Learn how to smoke a beef ribs on a Pit Boss pellet grill following our detailed instructions and recipe below!
Smoked Beef Short Ribs are amazingly fun and delicious BBQ and especially easy to cook on a Pit Boss pellet grill.
What to Look for When Buying Beef Ribs to Smoke on a Pit Boss
Make sure to go to a real butcher shop, not your local chain store, and buy an uncut, thick, meaty, square looking slab of beef short ribs, sometimes called plate short ribs.
You DO NOT want Crosscut, Korean-style, or Flanken Cut, as this style of butchering cuts across the bones leaving you with tiny segments of bone surrounded by meat.
Great for braising and korean style grilling, and while you CAN smoke them if they are butchered this way, they are harder to deal with and not as fun to eat or present as a full size beef rib.
You also DO NOT want Beef BACK ribs. These come from the upper “back” of the cow and are leaner and longer and don’t hold up as well to low and slow smoking. They are exactly where your ribeye steaks and prime rib roasts attach.
Beef Short Ribs, what we want, are well…shorter…and have the meat primarily ON TOP of the bone vs. beef back ribs that have the meat in between the bones.
What you want ideally is an uncut 3 bone slab of beef short ribs that weighs about 5-7 lbs uncooked.
This is perfect for smoking on the Pit Boss pellet grill.
How to Prepare Beef Ribs for the Pit Boss Pellet Grill
Trim the Beef Ribs
A rack of beef short ribs is likely not going to have a thick fat cap like you would find on a beef brisket or pork butt.
So, you don’t have to do too much trimming other than to remove the small layer of silverskin you’ll see running over the top. Make sure to remove this so your seasoning can actually make contact with the meat below it.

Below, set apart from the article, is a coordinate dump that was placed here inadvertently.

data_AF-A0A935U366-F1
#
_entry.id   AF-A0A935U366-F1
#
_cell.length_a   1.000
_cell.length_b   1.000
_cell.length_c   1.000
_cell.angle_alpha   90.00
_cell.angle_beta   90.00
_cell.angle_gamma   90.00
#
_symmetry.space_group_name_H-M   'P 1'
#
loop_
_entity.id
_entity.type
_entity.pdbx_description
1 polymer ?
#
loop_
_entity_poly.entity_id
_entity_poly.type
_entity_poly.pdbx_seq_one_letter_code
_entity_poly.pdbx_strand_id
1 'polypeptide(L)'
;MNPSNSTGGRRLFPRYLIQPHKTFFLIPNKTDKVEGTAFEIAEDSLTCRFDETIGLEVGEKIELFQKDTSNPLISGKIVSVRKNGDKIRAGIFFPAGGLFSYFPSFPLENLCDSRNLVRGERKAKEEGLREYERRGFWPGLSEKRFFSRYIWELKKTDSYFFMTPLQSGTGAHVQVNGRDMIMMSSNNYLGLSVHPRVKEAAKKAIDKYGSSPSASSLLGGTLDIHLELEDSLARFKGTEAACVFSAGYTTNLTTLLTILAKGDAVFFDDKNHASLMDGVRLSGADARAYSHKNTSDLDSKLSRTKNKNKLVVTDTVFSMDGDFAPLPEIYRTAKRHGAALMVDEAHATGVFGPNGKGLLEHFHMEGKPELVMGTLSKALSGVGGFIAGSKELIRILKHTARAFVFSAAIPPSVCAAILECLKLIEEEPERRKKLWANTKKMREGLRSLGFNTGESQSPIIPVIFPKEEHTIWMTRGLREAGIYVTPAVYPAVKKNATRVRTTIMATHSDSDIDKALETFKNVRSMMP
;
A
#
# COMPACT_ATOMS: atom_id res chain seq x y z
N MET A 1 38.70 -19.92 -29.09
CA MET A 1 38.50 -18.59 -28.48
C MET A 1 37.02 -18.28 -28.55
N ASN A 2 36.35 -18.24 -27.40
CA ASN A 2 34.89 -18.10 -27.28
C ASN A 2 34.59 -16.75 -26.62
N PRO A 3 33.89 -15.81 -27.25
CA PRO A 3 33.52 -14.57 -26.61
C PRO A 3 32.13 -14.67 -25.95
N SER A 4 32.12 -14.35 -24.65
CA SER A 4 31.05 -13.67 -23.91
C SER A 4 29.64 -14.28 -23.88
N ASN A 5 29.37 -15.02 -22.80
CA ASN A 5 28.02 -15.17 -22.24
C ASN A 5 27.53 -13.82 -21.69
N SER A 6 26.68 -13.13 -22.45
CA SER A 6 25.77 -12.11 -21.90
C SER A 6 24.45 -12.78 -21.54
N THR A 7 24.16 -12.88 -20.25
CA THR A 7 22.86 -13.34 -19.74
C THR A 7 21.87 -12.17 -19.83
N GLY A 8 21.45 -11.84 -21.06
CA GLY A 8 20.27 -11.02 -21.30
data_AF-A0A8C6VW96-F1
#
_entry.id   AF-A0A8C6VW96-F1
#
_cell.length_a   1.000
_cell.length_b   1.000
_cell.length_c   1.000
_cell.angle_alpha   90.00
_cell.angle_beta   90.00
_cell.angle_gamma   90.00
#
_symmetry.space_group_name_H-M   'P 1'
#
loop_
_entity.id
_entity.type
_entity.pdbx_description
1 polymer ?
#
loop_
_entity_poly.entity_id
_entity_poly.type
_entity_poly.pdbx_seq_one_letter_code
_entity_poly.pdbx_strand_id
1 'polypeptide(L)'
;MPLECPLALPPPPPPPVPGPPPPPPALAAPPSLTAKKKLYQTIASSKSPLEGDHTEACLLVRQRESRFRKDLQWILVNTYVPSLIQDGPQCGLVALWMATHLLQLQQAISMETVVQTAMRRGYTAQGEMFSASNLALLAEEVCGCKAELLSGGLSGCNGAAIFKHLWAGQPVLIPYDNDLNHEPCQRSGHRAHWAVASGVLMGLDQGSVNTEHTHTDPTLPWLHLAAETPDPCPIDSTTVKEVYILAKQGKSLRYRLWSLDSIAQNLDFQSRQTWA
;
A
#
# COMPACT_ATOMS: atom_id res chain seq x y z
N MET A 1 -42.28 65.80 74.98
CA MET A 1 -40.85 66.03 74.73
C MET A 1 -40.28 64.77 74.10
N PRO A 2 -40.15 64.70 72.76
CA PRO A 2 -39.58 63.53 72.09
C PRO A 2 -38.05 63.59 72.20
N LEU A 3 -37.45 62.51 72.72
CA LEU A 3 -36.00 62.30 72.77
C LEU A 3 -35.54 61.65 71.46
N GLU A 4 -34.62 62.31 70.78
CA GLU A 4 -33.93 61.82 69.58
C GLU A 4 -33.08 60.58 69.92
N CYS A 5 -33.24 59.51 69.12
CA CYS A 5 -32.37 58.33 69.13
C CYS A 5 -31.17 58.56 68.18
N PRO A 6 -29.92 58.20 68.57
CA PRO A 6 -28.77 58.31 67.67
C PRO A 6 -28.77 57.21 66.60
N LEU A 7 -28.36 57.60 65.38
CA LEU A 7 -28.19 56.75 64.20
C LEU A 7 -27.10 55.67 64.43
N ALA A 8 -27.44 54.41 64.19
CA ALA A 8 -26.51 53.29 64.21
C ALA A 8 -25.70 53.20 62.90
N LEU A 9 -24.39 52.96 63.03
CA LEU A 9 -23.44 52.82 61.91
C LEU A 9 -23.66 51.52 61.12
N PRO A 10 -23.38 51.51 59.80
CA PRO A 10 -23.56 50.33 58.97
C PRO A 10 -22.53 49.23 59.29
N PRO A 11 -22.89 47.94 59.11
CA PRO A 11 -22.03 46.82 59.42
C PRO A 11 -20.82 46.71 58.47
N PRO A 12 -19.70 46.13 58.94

Use a good sharp boning knife like our favorite from iMarku.
Also, make sure to leave the membrane on the bottom of beef short ribs INTACT.
Unlike our pork ribs where we remove the bottom membrane, on beef ribs we need to leave this membrane in place.
If you remove the bottom membrane the beef ribs can fall apart from each other and then the beef can separate from the rib bones as well.
This will leave you with an unpresentable mess rather than a nice intact rack of smoked beef ribs.
Unlike our Pit Boss Pork Ribs, which pair well with sugary BBQ rubs, beef and beef ribs are usually better suited for more straightforward salt and pepper style seasoning.
You can add a little cayenne for extra heat or garlic and onion powder for additional flavor, but go easy on the rubs that are heavy in sugar content.
We are big fans of Bad Byron’s Butt Rub Seasoning on smoked beef, especially brisket and chuck roast because it is heavy on flavor, and has no sugar.
We use it exclusively on our Hot and Fast Version of our Brisket, because we don’t want any sugar to burn.
- Try Bad Byron Butt Rub on beef, fish, vegetables, potatoes, and much more!
Use only a small amount of cooking oil to help the rub adhere, if any at all.
There is a LOT of fat in these smoked beef ribs that will melt out and help form the beautiful bark we are looking for without the need for additional fats and oils.
Be generous with the amount of rub you put on. Then you can wrap the beef ribs in plastic wrap and put them in the refrigerator until you are ready to smoke them.
This can even be done the night before to save some time the next day and to let the salt in the rub fully penetrate the beef ribs.
The Best Wood Pellets for Smoking Beef Short Ribs on a Pit Boss Pellet Grill
Now it’s time to choose the right wood pellets to smoke your Pit Boss smoked beef ribs.
Mesquite and hickory will give a very aggressive smoke flavor and should not be used on long smokes like this. Save them for your quick cooks like with seafood and steaks.
Alternatively, you can also go for a milder smoke flavor by choosing oak or fruitwood pellets. Pecan, apple, beech, alder, and cherry all give great results on beef ribs.
Don’t forget you can mix them up too to create your own custom blend.
That’s one of the great things about a Pit Boss pellet grill!